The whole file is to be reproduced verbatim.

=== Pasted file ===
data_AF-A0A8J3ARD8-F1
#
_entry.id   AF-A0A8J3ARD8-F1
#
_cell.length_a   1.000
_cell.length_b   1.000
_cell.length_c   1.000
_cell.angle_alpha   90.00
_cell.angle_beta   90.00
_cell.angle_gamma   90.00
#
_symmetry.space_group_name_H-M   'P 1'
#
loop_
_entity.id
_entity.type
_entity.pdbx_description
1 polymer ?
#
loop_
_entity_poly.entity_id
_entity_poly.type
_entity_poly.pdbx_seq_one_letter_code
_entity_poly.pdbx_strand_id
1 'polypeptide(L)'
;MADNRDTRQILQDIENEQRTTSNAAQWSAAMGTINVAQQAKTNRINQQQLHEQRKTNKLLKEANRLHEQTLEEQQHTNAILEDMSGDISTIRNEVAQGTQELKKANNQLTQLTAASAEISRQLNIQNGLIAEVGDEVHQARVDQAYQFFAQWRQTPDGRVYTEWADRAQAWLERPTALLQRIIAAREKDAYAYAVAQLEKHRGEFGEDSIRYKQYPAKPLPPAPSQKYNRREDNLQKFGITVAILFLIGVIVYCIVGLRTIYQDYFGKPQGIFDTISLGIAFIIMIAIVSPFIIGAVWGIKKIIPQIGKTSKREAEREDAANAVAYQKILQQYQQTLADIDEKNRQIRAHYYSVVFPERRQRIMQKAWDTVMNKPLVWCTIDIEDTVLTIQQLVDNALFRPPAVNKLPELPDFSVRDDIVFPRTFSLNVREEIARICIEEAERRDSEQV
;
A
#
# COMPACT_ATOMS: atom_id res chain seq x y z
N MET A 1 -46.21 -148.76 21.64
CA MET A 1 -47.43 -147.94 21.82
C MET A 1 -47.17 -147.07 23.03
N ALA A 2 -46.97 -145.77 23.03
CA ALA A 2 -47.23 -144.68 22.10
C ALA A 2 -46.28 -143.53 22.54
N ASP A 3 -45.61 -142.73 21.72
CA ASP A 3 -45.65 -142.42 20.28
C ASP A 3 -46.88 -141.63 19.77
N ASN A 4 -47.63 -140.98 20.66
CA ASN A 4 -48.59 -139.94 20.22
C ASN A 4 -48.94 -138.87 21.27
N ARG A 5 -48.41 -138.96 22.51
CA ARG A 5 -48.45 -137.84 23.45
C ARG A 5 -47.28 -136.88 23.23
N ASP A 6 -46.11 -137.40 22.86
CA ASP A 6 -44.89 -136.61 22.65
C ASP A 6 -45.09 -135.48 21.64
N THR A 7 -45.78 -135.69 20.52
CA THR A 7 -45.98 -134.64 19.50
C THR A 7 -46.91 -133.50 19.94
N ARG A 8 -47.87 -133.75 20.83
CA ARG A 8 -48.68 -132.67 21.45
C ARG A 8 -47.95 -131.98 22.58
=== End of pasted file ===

data_AF-A0A8J3ARD8-F1
#
_entry.id   AF-A0A8J3ARD8-F1
#
_cell.length_a   1.000
_cell.length_b   1.000
_cell.length_c   1.000
_cell.angle_alpha   90.00
_cell.angle_beta   90.00
_cell.angle_gamma   90.00
#
_symmetry.space_group_name_H-M   'P 1'
#
loop_
_entity.id
_entity.type
_entity.pdbx_description
1 polymer ?
#
loop_
_entity_poly.entity_id
_entity_poly.type
_entity_poly.pdbx_seq_one_letter_code
_entity_poly.pdbx_strand_id
1 'polypeptide(L)'
;MADNRDTRQILQDIENEQRTTSNAAQWSAAMGTINVAQQAKTNRINQQQLHEQRKTNKLLKEANRLHEQTLEEQQHTNAILEDMSGDISTIRNEVAQGTQELKKANNQLTQLTAASAEISRQLNIQNGLIAEVGDEVHQARVDQAYQFFAQWRQTPDGRVYTEWADRAQAWLERPTALLQRIIAAREKDAYAYAVAQLEKHRGEFGEDSIRYKQYPAKPLPPAPSQKYNRREDNLQKFGITVAILFLIGVIVYCIVGLRTIYQDYFGKPQGIFDTISLGIAFIIMIAIVSPFIIGAVWGIKKIIPQIGKTSKREAEREDAANAVAYQKILQQYQQTLADIDEKNRQIRAHYYSVVFPERRQRIMQKAWDTVMNKPLVWCTIDIEDTVLTIQQLVDNALFRPPAVNKLPELPDFSVRDDIVFPRTFSLNVREEIARICIEEAERRDSEQV
;
A
#
# COMPACT_ATOMS: atom_id res chain seq x y z
N MET A 1 -46.21 -148.76 21.64
CA MET A 1 -47.43 -147.94 21.82
C MET A 1 -47.17 -147.07 23.03
N ALA A 2 -46.97 -145.77 23.03
CA ALA A 2 -47.23 -144.68 22.10
C ALA A 2 -46.28 -143.53 22.54
N ASP A 3 -45.61 -142.73 21.72
CA ASP A 3 -45.65 -142.42 20.28
C ASP A 3 -46.88 -141.63 19.77
N ASN A 4 -47.63 -140.98 20.66
CA ASN A 4 -48.59 -139.94 20.22
C ASN A 4 -48.94 -138.87 21.27
N ARG A 5 -48.41 -138.96 22.51
CA ARG A 5 -48.45 -137.84 23.45
C ARG A 5 -47.28 -136.88 23.23
N ASP A 6 -46.11 -137.40 22.86
CA ASP A 6 -44.89 -136.61 22.65
C ASP A 6 -45.09 -135.48 21.64
N THR A 7 -45.78 -135.69 20.52
CA THR A 7 -45.98 -134.64 19.50
C THR A 7 -46.91 -133.50 19.94
N ARG A 8 -47.87 -133.75 20.83
CA ARG A 8 -48.68 -132.67 21.45
C ARG A 8 -47.95 -131.98 22.58